It’s upsetting to realize your precious pet is in pain. Typically, the causes of hip pain are arthritis or hip dysplasia. While neither condition is curable, the good news is that you can do a lot to relieve the dog’s discomfort that will complement the medication your veterinarian provides.
This might seem obvious, but most dogs suffering from arthritis are elderly, although hip dysplasia can affect a dog at any age. Your older dog is often less active, too, which contributes to being overweight. Excess weight directly affects the amount of strain placed on the dog’s joints, and this can make her hip pain worse. Speak with your veterinarian about weight loss options including a specialized diet and low-impact exercise, such as swimming and hydrotherapy.
Hip pain worsens during cold weather, so it’s important to keep your dog’s joints warm and her coat dry. Make sure her bed is soft enough to provide some cushioning, but not so much cushioning that it makes it hard for the dog to maneuver on and get up from the cushion. If you live in a cold region, consider investing in a heated dog bed. As a short-term measure, prepare a hot water bottle wrapped in a thick towel to prevent the dog from burning herself, and place it under the top layer of bedding at one side of her bed. Alternatively, apply the hot water bottle to the painful hip for short bursts of 15 minutes at a time.
Keeping the muscles loose around the joint helps relieve your dog’s hip pain. Gently massage the area around the joint, using your fingertips in a circular motion for up to 10 minutes at a time. Watch your dog carefully to see how she reacts to the massage, and stop if it appears to hurt or irritate the hip further.
Your elderly dog might not be as agile on her feet any longer, and if she has hip pain, it could be difficult for her to walk on hard or slippery surfaces. Muscle stiffness caused by the effort to walk or by bruising from a fall will only make her pain worse. Help her regain traction and reduce the hardness of the floor by laying carpeting or rubber matting on areas where she walks regularly. If your dog often travels in the car, buy or make a carpeted dog ramp to help her get in and out without jarring her painful hips.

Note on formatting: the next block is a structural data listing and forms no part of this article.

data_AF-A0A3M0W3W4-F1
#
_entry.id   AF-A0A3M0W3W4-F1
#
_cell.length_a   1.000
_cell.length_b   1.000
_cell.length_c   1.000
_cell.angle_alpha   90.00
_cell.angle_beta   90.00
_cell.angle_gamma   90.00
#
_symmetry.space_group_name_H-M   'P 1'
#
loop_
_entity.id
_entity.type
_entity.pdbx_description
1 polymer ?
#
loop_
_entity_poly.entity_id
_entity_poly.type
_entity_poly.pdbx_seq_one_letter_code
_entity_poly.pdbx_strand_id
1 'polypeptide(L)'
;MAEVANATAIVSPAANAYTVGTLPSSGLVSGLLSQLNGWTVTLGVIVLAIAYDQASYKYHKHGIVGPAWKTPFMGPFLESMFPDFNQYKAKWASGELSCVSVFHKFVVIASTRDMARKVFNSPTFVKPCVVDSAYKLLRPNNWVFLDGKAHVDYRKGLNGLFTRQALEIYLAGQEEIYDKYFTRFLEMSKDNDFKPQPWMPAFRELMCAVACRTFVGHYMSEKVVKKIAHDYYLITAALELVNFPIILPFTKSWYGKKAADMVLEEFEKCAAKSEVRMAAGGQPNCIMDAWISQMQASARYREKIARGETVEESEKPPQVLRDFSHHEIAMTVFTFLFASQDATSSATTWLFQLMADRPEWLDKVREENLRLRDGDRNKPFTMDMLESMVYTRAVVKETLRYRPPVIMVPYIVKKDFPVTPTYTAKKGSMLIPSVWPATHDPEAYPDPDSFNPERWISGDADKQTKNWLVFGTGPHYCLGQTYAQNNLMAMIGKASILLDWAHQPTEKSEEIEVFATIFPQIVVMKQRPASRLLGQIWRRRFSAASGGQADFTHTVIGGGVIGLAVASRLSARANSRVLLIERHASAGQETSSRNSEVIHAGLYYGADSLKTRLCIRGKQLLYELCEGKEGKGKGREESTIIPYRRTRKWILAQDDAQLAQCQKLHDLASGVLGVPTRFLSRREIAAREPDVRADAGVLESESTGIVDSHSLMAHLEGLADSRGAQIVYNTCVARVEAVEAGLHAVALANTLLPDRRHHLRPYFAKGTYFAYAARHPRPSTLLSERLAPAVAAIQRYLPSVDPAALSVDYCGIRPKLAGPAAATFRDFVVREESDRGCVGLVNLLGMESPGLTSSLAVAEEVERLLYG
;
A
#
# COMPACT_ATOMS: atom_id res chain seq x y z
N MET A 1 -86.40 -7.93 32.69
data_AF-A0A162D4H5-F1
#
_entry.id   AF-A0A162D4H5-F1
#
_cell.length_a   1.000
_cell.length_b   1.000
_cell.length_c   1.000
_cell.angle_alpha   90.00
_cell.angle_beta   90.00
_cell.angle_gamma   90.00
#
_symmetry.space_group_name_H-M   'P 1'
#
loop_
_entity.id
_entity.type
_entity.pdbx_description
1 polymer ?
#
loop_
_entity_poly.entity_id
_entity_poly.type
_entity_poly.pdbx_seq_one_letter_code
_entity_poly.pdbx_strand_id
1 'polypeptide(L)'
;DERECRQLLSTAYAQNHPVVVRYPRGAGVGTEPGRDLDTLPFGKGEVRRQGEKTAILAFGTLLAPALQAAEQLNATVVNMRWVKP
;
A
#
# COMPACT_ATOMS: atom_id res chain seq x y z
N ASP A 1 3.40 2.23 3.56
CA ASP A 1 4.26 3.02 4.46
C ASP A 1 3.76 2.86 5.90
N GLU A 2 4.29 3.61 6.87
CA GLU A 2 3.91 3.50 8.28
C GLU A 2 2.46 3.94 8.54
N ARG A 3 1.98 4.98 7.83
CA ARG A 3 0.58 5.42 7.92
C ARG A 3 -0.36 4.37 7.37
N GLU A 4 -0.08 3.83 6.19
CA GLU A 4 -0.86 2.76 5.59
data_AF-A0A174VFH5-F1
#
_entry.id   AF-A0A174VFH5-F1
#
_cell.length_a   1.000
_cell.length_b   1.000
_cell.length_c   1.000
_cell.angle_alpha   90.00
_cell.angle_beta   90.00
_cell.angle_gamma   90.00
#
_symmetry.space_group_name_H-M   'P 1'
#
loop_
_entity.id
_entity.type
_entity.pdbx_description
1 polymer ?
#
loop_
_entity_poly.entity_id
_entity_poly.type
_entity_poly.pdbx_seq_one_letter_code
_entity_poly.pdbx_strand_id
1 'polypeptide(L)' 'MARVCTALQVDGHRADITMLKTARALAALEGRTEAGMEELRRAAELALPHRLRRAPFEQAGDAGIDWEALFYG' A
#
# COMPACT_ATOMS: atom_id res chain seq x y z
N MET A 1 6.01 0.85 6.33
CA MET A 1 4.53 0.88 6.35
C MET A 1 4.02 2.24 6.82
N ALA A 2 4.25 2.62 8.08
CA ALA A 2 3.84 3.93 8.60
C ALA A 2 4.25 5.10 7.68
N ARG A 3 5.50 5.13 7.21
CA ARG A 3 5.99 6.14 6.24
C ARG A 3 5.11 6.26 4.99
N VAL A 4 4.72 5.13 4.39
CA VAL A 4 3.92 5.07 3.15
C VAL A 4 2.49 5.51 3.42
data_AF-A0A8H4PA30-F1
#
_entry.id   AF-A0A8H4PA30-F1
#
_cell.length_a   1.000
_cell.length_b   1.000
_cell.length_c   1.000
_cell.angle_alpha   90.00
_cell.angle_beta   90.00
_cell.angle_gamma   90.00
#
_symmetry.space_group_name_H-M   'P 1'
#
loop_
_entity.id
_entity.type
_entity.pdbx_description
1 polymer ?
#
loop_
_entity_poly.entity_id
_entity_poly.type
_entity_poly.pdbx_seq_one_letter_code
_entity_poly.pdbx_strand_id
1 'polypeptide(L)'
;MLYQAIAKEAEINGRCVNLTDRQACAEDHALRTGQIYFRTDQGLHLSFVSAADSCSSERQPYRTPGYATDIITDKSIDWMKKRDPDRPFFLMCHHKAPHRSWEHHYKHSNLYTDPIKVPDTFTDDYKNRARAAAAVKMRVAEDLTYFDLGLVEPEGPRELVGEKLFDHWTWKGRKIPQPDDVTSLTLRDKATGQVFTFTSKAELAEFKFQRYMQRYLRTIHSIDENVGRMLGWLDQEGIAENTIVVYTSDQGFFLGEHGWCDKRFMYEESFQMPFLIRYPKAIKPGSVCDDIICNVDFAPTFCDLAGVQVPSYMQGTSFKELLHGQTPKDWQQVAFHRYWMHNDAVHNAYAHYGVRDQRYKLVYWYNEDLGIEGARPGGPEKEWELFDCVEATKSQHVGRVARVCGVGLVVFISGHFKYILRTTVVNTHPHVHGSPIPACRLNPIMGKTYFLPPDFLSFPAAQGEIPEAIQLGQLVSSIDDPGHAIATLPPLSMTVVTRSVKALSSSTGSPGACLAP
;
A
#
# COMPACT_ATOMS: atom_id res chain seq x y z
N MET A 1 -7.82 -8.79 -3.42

Dogs with hip pain may benefit from nutritional supplements such as glucosamine and chondroitin combined with manganese. Check with your veterinarian to see if it is safe to give your dog these supplements, because glucosamine can be dangerous for dogs with certain medical conditions. If the vet agrees that it will be beneficial, ask him to recommend medicinal-strength products that are more therapeutic than the supplements commonly found in pet stores. The dog's cartilage cells absorb the ingredients, which help to synthesize the fluid found in the joints and to reduce stress. You might also consult a holistic veterinarian, who can help you determine whether some herbal medicines will provide relief.
Always check with your veterinarian before changing your pet’s diet, medication, or physical activity routines. This information is not a substitute for a vet’s opinion.
Tracey Sandilands has written professionally since 1990, covering business, home ownership and pets. She holds a professional business management qualification, a bachelor's degree in communications and a diploma in public relations and journalism. Sandilands is the former editor of an international property news portal and an experienced dog breeder and trainer.